A total of 120 patients with detailed MRI images were available. One of the most common imaging findings was brain white matter lesions (109/120, 90.8%). Specifically, they were mainly located in the periventricular areas (57/109, 52.3%), frontal lobes (43/109, 39.4%), corpus callosum (24/109, 22.0%) and parietal lobes (24/109, 22.0%). Brain lesions in some patients with CSF1R-related leukoencephalopathy can also be noted in the midbrain (3/109, 2.8%), temporal lobes (3/109, 2.8%), internal capsule hind limbs (2/109, 1.8%) and brain stem (2/109, 1.8%). Furthermore, atrophy (71/120, 59.2%, particularly frontal lobe atrophy) and thinning of the corpus callosum (48/120, 40.0%) were also frequently found (Figure 3A). In some patient, partial periventricular white matter lesions were oval in shape and perpendicular to the ventricles. Persistent limited diffusion on diffusion-weighted imaging (DWI) was also evident. In support of this, Onder et al recently proposed that the persistence of the diffusion restriction in deep white matter lesions may serves as a crucial sign for CSF1R-related leukoencephalopathy.67
A total of 147 patients with CSF1R-related leukoencephalopathy were included in our study. Specifically, 49 patients were sporadic and 98 individuals had a family history (from 46 families). The average age of onset was 41.4 years (15 of them were not included due to unknown age of onset), among which males were 43.6 years old and females 39.7 years old. The average course of disease was 5.2 years. The duration of disease ranging from 3 weeks to 11 years. The first symptoms were mainly cognitive impairment (49/123, 39.8%), parkinsonism (22/123, 17.9%), abnormal behaviors (17/123, 13.8%), mental disorders (14/123, 11.4%), dysarthria (13/123, 10.6%) and gait disorder (11/123, 8.9%). Other potential symptoms included visual impairment (2/123, 1.6%), progressive weight loss (1/123, 0.8%) and nominalization (1/123, 0.8%) (Figure 3B). Furthermore, typical clinical manifestations of CSF1R-related leukoencephalopathy during the disease course included cognitive impairment (102/136, 75.0%), parkinsonism (57/136, 41.9%), gait disorder (28/136, 20.6%), personal and behavioral abnormalities (75/136, 55.1%), dysarthria (66/136, 48.5%), dysphagia (39/136, 28.7%), mental disorders (38/136, 27.9%), urinary incontinence (36/136, 26.5%), dementia (33/136, 24.3%), epilepsy (28/136, 20.6%), visual impairment (15/136, 11.0%) and apnea (13/136, 9.6%) (Figure 3C). Some rare manifestations such as drinking cough and orthostatic hypotension have also been reported.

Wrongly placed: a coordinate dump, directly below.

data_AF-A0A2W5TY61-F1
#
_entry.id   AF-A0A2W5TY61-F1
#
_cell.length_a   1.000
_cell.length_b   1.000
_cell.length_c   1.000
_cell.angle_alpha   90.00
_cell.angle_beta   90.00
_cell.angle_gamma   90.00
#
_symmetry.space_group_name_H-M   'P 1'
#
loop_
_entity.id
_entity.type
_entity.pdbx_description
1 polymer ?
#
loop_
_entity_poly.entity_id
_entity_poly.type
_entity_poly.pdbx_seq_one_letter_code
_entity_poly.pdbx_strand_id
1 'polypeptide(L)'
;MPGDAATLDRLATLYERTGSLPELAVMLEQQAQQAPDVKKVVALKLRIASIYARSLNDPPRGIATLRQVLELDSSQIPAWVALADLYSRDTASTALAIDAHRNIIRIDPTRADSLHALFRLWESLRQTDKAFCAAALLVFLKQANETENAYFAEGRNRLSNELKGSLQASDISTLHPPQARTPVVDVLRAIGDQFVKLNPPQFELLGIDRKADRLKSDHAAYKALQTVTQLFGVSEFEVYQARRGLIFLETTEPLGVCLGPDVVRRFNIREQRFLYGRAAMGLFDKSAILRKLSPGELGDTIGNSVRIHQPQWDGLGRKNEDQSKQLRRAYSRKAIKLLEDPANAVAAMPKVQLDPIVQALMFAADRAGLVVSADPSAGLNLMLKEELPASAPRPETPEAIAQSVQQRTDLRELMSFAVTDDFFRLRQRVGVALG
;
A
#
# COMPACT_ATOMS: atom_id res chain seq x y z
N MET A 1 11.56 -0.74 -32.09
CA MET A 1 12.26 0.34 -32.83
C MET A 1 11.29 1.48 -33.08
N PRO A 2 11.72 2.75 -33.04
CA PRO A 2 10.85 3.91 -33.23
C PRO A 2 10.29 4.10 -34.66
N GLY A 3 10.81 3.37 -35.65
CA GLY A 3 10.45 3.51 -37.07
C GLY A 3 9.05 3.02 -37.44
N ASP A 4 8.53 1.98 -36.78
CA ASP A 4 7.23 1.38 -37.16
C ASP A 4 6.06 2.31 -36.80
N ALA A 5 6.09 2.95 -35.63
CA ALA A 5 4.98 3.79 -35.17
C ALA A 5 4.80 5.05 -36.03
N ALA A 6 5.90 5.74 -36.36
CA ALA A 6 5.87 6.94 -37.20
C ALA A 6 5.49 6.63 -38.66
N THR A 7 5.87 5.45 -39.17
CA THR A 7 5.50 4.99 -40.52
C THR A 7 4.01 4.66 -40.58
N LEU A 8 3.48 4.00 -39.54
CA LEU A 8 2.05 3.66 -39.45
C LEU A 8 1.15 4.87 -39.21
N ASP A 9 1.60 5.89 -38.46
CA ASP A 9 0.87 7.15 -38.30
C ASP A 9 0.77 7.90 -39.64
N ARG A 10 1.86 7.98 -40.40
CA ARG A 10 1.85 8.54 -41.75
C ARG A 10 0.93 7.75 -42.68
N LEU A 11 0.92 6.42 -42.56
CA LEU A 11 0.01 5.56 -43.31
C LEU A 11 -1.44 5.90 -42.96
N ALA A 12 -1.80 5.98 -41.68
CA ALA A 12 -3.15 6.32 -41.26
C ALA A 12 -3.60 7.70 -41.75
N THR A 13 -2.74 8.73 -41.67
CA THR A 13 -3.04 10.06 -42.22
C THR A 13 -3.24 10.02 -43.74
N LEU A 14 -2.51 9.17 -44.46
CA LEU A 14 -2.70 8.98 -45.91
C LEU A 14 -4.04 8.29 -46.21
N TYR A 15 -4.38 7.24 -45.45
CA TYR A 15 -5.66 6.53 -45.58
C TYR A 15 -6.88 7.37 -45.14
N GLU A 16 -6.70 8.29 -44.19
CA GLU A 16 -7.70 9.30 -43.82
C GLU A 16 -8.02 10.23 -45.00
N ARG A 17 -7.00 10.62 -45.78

The clinical spectrum of CSF1R-related leukoencephalopathy is expanding. For example, the involvement of spinal cord in CSF1R-related leukoencephalopathy has been reported.68 Apart from typical CSF1R-related leukoencephalopathy clinical symptoms such as progressive motor impairment, hyperintense signals on DWI of this patient were noted from the subcortex white matter to the medulla, then extending to cervical and thoracic spinal cord.68 Some researchers proposed that brain and spinal cord microglia may differ regarding their development, phenotypes and even functions.69 Potential underlying mechanisms of microglial regional specificity in the condition of CSF1R-related leukoencephalopathy need to be further investigated. Furthermore, visual impairment had also been reported in a Chinese patient with CSF1R-related leukoencephalopathy.25 Bilateral optic nerves lesions were evident on optic nerve MRI scans, causing difficulties to differentiate from MS.
A total of 114 patients with detailed genetic information were included for analysis, including 93 with missense mutation, 13 with splicing mutation, 6 with deletion/insertion mutation, 1 with code shift mutation and 1 with nonsense mutation. The mutation site of one patient was located on exon 2, while the rest were located on exon 12–22 with exon 18 being the most common one. We summarized that 15 patients with CSF1R-related leukoencephalopathy from 11 unrelated families in 4 different countries had the same gene mutation: p.I794T, while their clinical manifestations were different. Furthermore, some family members who carried the mutations of CSF1R gene might not present obvious clinical symptoms. We suppose that it may be attributed to the changes of penetrance, making the mutation causing different degrees of disease severity. Meanwhile, this phenomenon also indicates that the dominant transmission pattern has familial phenotypic variation or incomplete penetrance.